’71 Review

Posted: March 8, 2014 in 2014 Berlinale, Action, Drama, Reviews
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ImageThe familiar story of the soldier trapped behind enemy lines, who against all odds must somehow traverse hostile territory, while outwitting and outfighting those bent on capturing or killing him, continues to be the basis for films for one simple reason: it works.

The twist in ’71, a UK entry seen in the 64th Berlinale Film Festival competition in February, is that the setting is something less than war, yet somehow more terrifying. Director Yann Demange sets his first feature in Belfast, Northern Ireland in 1971, when sectarian violence was spiraling out of control and the growing number of British troops being introduced were adding gasoline to the fire.

All war is ultimately hell, but for the soldiers deployed at the beginning of ’71, first contact is more like being on the receiving end of a particularly nasty prank. The troops are pelted with bags of urine and feces upon arrival in a republican neighborhood to support a police action. As the crowd grows in size and worsens in disposition, rocks begin to fly, a soldier loses his rifle, and raw recruit Gary Hook (Jack O’Connell) gives chase. Within moments, the implacable hatred at the center of the conflict is presented in one shocking, violent act. Hook is then separated from his comrades and left to find his way back to the “safe” side of the city.

Director Demange handles the action better than the politics. Hook careens from city block to city block, unsure of the affiliation of any neighborhood or the danger or sanctuary each individual he encounters represents. There is a memorable performance by Corey McKinley, playing a cock of the walk prepubescent boy who takes the British soldier under his wing for a spell, and the rest of the supporting cast is solid as well.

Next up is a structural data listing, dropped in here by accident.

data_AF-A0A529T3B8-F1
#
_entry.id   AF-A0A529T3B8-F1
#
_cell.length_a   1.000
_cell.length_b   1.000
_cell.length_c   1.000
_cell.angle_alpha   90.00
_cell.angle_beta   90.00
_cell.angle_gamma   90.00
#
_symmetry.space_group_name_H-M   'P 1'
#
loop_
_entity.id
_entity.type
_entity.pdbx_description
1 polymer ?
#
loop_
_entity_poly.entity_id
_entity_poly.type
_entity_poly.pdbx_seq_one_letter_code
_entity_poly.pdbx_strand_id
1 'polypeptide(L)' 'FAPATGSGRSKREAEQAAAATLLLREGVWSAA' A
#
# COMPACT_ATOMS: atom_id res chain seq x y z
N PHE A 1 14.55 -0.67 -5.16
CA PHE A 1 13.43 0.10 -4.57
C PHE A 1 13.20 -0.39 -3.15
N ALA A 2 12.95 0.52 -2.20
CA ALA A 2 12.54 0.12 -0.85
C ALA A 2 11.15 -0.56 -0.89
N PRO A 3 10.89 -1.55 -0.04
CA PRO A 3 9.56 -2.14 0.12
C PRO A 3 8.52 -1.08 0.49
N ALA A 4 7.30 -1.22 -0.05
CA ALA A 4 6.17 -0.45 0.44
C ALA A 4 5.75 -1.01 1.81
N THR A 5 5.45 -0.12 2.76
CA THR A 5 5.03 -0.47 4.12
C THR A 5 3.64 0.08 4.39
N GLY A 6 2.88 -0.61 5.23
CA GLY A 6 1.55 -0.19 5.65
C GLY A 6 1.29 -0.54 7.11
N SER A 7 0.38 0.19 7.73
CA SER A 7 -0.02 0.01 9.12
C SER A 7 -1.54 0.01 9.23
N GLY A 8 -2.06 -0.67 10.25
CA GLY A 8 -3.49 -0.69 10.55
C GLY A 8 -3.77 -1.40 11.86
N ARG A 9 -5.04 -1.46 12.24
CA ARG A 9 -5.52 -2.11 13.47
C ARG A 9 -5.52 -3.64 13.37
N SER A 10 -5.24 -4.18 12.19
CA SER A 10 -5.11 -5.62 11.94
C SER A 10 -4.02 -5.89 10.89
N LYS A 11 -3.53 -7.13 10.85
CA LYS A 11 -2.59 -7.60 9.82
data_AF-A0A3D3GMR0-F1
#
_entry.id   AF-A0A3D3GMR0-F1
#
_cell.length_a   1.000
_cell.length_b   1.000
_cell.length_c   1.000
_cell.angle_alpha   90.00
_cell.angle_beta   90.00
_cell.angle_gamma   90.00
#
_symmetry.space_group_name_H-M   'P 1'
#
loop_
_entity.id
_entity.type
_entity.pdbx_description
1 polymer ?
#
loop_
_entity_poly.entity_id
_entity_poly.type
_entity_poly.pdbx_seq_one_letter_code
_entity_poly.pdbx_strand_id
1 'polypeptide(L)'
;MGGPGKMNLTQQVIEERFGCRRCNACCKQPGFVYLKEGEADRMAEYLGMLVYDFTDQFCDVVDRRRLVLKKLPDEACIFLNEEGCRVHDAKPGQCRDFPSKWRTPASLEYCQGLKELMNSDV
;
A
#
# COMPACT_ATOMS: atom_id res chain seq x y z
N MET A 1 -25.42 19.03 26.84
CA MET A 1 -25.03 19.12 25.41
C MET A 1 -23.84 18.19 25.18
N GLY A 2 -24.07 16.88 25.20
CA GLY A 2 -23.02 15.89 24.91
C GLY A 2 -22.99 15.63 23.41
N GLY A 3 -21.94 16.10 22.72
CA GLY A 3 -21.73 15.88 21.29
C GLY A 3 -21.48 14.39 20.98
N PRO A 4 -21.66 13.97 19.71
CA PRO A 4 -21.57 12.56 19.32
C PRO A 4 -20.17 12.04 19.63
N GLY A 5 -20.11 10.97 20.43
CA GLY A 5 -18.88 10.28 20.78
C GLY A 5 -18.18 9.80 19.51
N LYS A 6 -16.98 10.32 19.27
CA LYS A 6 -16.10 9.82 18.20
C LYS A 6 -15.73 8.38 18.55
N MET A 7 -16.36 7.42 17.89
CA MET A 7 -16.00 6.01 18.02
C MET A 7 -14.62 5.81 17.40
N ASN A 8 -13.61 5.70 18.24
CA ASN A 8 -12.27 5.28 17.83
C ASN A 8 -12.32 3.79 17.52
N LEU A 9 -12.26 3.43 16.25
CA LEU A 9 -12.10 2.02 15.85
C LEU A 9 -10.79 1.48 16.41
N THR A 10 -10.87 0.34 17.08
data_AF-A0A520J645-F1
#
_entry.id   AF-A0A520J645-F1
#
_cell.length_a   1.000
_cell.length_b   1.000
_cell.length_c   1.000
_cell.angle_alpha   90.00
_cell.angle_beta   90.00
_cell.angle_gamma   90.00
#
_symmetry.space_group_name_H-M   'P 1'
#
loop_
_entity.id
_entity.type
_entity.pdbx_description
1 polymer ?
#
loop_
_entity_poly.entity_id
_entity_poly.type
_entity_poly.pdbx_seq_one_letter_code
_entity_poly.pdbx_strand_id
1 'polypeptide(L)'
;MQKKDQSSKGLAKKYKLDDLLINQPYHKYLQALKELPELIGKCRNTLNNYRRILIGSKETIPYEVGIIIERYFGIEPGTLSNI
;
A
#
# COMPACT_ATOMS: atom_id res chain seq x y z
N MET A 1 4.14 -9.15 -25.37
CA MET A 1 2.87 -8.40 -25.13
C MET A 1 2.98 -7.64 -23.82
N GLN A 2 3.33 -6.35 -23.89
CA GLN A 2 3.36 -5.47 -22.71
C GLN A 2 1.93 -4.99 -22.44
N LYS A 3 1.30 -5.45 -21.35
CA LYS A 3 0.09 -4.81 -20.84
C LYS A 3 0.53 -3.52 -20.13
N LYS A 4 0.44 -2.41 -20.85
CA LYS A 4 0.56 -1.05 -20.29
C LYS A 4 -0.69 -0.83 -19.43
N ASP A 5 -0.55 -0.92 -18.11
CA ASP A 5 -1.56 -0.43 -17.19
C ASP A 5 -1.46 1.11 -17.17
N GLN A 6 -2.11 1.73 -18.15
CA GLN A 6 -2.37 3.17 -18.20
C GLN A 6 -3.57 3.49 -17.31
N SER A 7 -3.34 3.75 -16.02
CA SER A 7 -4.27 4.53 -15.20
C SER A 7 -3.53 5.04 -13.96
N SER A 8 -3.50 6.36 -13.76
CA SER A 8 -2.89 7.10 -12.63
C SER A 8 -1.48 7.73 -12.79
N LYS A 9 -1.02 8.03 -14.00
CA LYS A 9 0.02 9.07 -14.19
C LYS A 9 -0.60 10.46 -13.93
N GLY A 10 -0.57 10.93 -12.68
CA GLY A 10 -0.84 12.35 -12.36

The story attempts even-handedness in framing the conflict, with the British soldier as hero being balanced by duplicitous British intelligence forces and good nationalists.  Trying to reconcile this shades of grey approach with resolving the question of whether the good guy escapes the villains makes for a somewhat fatuous conclusion to the white knuckle pursuit of Hook, when he is finally cornered in a republican stronghold.  Demange and screenwriter Gregory Burke also stumble with an unnecessary subplot that has Hook visiting his younger brother in an orphanage before he ships out for Belfast.

Hook is Everyman when he is trying to stay alive and get back home, and he does not need an orphan brother, or elderly mother, or tender sweetheart, or any other device for motivation.  Neither does the audience. The overriding sense of self preservation O’Connell effectively displays in the lead role is enough for the viewer to be right there vicariously with every step through his longest night.

Three stars

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